The oddessey of pain is carefully told as Paul experiences one loss and disillusionment after another. The tired eyes of the German infantry speak volumes as the Kaiser urges them on to give their lives for the fatherland. Paul's return home is a wonderful turn in the film as he finds that his father and the older fellows have no idea of the reality and horror of the war. They make simplistic overgeneralized comments such as 'the war will be won if we surround them' and other such nonsense. Paul's eyes glaze over as they discuss these abstractions while his young friends die in the muddy trenches. Paul's best friend, a gymnast and forrester, dies after a leg amputation. Paul tells his mother a story that her son died immediately and painlessless, which is far from the truth. She makes Paul swear by everything he holds sacred that this is the truth. He does so. Then she makes him swear by his own safe return home that this story is the truth. Again, he does so. In this extremely painful scene we see that Paul has beent totally transformed by the war. He no longer believes in anything but his ability to periodically protect himself and others against random and senseless violence and pain. He also realizes that he is no longer able to feel comfortable in his past or in the land of the living away from the war. He returns to the front lines fully expecting that the random nature of war may soon take him.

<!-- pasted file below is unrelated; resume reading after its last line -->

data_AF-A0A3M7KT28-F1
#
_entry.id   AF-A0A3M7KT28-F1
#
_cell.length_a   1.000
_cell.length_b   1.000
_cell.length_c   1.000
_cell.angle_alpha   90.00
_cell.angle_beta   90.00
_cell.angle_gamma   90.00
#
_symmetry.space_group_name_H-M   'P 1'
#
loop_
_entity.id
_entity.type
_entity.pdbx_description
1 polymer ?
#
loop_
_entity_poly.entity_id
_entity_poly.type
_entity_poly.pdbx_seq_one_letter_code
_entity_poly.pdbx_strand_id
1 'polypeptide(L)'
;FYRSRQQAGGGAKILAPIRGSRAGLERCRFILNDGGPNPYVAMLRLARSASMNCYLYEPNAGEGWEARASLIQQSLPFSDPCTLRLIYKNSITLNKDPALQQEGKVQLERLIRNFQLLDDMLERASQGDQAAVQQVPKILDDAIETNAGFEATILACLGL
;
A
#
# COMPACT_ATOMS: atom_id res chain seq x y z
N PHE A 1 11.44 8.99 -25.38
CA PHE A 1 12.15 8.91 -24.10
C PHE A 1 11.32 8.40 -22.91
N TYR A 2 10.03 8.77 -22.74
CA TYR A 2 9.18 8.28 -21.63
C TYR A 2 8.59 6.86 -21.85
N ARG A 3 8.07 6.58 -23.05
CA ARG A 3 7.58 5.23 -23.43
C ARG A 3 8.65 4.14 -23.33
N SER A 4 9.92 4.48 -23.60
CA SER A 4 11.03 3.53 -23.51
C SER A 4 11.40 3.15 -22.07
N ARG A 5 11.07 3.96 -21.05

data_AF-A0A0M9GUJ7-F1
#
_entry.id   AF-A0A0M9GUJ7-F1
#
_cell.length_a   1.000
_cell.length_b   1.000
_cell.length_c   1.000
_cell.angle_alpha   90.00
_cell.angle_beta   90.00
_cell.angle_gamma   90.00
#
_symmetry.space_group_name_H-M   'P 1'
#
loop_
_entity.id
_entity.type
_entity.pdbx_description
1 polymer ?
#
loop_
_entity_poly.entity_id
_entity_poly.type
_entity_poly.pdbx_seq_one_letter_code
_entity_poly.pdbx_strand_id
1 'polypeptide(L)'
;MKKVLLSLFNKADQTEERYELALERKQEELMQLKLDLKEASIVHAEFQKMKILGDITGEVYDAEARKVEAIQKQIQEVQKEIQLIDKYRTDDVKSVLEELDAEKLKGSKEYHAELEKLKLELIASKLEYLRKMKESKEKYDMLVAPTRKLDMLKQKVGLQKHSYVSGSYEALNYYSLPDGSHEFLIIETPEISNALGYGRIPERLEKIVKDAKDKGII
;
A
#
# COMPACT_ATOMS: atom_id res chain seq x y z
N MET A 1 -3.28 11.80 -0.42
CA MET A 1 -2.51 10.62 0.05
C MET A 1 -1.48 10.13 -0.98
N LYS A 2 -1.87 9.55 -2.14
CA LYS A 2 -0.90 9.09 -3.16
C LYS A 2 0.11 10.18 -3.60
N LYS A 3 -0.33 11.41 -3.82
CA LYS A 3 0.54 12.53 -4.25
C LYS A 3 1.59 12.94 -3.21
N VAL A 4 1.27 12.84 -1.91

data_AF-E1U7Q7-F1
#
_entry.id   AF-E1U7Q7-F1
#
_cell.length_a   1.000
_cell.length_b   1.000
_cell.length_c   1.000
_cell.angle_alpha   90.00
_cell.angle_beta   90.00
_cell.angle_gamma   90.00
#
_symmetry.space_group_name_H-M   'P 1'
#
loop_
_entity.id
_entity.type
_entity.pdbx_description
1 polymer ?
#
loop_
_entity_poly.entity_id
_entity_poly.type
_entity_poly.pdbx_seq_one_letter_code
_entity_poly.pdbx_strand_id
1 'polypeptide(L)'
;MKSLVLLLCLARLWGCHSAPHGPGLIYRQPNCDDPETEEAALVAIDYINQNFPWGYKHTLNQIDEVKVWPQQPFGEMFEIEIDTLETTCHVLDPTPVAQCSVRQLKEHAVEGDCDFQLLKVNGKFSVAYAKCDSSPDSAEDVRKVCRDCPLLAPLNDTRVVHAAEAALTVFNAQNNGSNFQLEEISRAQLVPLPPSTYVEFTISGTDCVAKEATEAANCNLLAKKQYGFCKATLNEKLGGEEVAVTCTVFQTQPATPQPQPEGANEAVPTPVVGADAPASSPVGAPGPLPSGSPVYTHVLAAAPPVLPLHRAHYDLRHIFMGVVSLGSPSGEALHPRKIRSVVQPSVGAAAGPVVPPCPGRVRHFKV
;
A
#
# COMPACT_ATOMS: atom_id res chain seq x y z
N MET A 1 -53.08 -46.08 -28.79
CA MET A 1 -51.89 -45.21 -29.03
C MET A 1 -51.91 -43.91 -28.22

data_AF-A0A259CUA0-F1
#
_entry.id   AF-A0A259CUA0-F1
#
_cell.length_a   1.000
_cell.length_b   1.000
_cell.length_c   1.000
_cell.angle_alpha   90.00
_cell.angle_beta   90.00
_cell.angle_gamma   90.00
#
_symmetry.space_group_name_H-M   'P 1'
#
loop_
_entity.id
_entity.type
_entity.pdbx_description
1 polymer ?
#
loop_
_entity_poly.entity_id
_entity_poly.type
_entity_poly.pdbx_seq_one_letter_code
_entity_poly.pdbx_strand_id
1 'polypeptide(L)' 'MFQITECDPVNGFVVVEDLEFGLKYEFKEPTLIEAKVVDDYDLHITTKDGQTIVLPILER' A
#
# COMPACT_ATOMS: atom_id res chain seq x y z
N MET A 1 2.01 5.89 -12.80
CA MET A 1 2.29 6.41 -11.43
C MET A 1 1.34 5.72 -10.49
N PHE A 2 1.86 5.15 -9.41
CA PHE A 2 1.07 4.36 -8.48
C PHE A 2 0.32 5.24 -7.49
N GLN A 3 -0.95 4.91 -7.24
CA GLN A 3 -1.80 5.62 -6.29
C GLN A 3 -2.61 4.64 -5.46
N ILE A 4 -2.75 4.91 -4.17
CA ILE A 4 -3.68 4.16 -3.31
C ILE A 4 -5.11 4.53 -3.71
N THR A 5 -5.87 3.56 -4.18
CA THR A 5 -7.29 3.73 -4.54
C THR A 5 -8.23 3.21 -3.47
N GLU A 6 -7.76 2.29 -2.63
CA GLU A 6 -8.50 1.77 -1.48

Exceptionally well done, this is a film every family should see. It is only when peopel face the reality of war rather than the abstractions that war would ever end."